Former US general predicts Ukrainian victory

Multiethnic Russia is “on an unsustainable footing,” claims former US General Ben Hodges

editor: REMIX NEWS
author: Remix Staff
Lt. Gen. (ret) Ben Hodges, former commander of United States Army Europe. (YouTube)

It is becoming increasingly clear that Ukraine will win the war against invading Russia, retired U.S. General Ben Hodges, former commander of United States Army Europe, wrote in the U.K. newspaper The Telegraph.

“Indeed, I now believe it is a genuine possibility that Vladimir Putin’s exposed weaknesses are so severe that we might be witnessing the beginning of the end — not only of his regime, but of the Russian Federation itself,” Hodges claimed.

In his view, this vast empire, which includes more than 120 ethnic groups, is on unsustainable footing and, as the famous Hemingway quote says, its collapse may be gradual at first, but may soon become a sudden, violent and uncontrollable event.

If the West does not prepare for this possibility in the same way that it did not prepare for the collapse of the Soviet Union, this could bring enormous instability to geopolitics, the commander warned.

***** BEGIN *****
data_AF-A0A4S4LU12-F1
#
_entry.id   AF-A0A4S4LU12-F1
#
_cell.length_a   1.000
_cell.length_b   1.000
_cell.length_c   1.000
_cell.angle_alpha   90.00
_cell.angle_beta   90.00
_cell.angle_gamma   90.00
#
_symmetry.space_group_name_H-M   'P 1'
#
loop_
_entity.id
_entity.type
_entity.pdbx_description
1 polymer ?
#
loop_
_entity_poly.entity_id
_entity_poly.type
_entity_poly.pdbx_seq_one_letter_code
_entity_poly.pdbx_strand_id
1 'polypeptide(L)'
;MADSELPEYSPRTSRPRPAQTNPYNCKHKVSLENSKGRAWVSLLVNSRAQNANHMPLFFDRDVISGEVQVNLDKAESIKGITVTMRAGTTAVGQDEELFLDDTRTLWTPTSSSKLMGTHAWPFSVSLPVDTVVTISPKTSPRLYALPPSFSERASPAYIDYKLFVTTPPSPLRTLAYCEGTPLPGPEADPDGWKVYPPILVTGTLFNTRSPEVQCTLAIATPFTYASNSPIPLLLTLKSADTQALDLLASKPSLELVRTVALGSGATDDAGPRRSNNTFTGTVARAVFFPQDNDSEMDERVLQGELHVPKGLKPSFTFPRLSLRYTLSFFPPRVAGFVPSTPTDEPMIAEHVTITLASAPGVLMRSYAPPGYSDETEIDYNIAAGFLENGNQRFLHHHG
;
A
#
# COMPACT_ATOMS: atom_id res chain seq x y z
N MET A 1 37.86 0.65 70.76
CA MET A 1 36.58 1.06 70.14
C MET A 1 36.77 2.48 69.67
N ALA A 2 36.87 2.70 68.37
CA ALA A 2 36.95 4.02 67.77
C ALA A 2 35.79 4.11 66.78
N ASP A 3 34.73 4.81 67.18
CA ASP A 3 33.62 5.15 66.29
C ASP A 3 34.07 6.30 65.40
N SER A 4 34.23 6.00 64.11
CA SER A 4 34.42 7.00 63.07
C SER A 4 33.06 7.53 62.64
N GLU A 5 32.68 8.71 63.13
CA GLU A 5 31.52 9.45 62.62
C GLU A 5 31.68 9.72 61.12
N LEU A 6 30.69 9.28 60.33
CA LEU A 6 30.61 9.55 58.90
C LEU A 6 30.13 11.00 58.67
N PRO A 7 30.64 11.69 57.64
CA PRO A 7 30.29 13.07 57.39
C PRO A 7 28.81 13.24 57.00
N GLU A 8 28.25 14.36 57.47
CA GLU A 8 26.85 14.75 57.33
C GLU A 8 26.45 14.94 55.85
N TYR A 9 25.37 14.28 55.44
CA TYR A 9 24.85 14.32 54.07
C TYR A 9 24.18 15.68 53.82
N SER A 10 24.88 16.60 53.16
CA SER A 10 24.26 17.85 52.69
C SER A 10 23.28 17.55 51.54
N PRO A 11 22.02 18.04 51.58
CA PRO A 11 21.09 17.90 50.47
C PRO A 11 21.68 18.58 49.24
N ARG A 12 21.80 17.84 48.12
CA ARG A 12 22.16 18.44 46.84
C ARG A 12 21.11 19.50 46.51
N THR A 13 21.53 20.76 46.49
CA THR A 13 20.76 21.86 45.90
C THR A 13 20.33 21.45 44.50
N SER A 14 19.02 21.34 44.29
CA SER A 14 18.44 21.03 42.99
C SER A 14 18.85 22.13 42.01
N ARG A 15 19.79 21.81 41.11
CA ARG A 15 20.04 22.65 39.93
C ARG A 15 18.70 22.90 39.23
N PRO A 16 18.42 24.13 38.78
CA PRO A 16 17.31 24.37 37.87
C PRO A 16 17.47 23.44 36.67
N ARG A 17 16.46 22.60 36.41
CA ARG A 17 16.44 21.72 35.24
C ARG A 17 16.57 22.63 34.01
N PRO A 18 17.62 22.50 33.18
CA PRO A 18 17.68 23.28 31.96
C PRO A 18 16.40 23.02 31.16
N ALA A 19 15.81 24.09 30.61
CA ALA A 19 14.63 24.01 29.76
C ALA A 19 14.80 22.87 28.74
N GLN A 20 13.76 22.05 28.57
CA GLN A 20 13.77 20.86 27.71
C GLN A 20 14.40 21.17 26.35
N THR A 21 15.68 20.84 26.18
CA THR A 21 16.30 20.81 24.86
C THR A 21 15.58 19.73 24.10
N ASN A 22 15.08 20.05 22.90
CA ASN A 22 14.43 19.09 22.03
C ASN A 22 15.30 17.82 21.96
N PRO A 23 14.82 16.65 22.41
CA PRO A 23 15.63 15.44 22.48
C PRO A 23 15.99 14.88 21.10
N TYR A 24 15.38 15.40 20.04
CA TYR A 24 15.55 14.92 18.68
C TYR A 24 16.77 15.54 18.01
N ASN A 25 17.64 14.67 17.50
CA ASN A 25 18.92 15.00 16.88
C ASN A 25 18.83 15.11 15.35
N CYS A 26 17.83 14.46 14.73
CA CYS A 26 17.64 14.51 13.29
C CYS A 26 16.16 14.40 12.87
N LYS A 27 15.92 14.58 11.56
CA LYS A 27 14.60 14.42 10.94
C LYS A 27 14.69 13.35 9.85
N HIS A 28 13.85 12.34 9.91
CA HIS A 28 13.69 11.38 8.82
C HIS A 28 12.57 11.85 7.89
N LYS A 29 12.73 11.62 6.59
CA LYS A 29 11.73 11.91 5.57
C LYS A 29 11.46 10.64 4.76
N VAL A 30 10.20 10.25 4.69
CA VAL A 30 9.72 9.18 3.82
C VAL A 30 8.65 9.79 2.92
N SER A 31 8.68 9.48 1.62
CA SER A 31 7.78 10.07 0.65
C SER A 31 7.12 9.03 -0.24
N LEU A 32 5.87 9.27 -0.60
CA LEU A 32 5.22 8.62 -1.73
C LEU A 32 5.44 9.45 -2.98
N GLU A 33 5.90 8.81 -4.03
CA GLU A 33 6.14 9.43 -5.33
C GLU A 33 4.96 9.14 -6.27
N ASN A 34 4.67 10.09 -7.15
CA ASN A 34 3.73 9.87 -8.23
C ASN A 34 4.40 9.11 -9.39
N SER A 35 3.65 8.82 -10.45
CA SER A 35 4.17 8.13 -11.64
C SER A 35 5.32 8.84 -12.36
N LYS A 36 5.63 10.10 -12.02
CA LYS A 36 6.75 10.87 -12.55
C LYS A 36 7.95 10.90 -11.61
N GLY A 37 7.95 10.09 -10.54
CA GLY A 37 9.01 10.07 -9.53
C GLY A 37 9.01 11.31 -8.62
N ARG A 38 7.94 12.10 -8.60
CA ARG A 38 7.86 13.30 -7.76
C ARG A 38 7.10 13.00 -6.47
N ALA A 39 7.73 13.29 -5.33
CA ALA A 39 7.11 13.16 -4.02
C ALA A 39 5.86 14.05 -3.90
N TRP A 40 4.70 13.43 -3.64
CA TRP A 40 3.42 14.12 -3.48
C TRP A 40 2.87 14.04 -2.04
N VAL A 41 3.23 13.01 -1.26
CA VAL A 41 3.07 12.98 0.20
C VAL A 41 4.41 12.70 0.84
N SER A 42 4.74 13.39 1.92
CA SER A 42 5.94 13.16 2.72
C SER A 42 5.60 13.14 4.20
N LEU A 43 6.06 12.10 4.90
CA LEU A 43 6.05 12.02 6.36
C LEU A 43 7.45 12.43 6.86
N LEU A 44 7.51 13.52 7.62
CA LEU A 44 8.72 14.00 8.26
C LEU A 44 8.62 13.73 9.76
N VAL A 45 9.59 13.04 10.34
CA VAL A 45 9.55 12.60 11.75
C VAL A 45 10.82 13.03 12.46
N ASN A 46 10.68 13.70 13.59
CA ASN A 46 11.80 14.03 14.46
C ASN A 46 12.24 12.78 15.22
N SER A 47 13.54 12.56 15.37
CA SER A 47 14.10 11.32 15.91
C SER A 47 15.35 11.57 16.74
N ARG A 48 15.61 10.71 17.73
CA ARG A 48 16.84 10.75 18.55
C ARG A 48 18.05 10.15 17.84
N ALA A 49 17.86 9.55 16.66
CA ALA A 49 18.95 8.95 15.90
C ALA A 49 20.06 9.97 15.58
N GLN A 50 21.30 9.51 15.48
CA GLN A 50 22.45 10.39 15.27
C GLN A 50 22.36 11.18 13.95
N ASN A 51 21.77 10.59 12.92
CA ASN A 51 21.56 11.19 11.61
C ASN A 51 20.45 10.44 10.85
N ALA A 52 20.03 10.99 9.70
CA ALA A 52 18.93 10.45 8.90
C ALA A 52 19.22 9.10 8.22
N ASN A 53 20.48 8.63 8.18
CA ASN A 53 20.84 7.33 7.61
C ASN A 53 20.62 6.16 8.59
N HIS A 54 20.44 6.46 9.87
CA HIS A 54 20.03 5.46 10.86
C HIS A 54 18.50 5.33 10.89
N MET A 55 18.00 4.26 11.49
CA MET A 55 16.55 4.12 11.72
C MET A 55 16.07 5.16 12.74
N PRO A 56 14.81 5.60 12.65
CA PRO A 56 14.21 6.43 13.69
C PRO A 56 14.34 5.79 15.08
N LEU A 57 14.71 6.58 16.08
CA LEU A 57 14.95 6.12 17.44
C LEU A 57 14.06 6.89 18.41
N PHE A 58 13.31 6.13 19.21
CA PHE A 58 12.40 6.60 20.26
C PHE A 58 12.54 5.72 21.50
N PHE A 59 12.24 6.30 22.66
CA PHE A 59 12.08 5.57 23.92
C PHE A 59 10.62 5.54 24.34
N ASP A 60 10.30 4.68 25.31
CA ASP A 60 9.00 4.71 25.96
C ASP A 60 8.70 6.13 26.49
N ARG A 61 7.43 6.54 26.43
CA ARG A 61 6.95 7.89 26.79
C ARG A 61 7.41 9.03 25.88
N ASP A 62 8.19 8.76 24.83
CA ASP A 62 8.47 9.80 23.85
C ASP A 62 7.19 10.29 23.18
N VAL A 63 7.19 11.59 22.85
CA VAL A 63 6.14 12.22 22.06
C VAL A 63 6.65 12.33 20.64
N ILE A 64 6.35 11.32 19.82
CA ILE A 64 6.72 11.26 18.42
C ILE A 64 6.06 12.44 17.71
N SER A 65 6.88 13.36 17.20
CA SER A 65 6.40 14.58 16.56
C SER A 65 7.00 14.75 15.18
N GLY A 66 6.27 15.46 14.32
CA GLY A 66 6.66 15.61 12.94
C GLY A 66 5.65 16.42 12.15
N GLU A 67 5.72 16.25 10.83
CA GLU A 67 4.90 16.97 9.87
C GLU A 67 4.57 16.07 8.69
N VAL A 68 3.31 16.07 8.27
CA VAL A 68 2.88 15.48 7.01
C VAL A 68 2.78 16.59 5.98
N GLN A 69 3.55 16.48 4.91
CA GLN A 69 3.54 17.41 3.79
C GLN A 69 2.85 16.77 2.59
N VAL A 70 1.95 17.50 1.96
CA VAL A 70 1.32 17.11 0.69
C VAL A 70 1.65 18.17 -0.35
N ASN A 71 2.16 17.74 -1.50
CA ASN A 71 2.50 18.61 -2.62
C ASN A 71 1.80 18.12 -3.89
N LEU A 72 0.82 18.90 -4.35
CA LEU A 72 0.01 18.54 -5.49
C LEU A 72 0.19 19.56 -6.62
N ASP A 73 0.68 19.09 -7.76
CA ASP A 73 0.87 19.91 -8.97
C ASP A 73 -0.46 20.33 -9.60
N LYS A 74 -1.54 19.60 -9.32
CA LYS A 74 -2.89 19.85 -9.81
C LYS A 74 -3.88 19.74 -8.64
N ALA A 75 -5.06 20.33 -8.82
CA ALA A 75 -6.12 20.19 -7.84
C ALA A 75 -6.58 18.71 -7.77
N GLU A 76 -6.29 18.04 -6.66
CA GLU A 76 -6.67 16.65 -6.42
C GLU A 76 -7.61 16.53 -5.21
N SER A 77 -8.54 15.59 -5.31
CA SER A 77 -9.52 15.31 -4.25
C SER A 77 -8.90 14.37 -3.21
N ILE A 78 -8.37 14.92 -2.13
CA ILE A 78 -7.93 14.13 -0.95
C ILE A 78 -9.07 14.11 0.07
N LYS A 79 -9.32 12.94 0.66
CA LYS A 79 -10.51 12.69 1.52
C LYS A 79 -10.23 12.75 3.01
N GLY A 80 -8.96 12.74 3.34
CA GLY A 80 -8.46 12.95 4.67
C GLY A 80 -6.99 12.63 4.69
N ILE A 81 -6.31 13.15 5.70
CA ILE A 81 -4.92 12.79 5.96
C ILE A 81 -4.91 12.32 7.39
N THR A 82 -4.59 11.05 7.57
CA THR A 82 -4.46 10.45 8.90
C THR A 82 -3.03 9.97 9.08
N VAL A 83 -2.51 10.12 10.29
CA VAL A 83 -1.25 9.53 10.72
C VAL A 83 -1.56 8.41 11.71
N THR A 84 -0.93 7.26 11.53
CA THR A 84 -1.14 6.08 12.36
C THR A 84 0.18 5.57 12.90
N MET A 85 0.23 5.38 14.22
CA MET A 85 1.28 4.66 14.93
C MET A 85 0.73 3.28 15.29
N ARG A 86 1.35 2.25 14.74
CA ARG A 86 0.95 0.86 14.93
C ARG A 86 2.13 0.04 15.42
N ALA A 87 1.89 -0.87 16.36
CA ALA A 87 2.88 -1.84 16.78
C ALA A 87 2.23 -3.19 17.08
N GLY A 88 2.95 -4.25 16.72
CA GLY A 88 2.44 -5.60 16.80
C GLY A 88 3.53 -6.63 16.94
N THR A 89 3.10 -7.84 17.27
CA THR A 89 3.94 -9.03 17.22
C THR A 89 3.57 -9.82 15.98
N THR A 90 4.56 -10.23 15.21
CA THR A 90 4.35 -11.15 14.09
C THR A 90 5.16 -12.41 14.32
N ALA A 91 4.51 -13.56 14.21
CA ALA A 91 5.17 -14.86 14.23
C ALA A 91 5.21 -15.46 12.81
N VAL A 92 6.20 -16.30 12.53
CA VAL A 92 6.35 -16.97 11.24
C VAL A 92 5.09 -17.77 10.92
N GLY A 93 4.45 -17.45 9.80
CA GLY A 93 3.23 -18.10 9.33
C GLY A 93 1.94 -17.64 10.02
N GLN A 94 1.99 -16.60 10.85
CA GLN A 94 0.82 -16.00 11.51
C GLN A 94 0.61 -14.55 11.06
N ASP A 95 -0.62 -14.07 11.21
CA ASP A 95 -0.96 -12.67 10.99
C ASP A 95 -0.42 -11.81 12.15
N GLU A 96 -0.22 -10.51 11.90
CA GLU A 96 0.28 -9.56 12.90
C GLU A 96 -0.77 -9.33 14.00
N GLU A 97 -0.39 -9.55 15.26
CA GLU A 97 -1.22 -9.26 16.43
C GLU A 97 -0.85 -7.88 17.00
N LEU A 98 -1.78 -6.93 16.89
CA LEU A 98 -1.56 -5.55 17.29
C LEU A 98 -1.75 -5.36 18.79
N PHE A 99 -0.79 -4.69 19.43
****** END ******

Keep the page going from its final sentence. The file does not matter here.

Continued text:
Hodges sees at least three factors that could lead to the collapse of the Federation. The first is the collapse of domestic confidence in the Russian military, which has traditionally been central to the Kremlin’s legitimacy. The military’s humiliation in Ukraine is now almost complete, with the proud Black Sea Fleet still hiding behind Crimea, too afraid to take action against a country that doesn’t even have a navy.

The former general’s second argument is that the damage to the Russian economy is too devastating and that the Federation needs to support a population of 144 million. The loss of energy markets, which compensated for the country’s lack of modern industry, cannot be reversed, Hodges believes.

The third factor, according to Hodges, is the sparseness of Russia’s population. Despite being 70 times the area of ​​the United Kingdom, the Federation has only twice the population of the UK. These numbers make civic solidarity difficult to achieve at the best of times, but now that the center is in a weak position, the sense of national identity could quickly diminish.

“Combined, these dilemmas pose a very significant challenge for the West. Get it wrong and we could face disaster. Our failure to prepare for the last Russian collapse some 30 years ago, and the internal unrest that ensued in its aftermath, arguably led to the Putin presidency. We cannot risk being unprepared a second time,” Hodges concluded.


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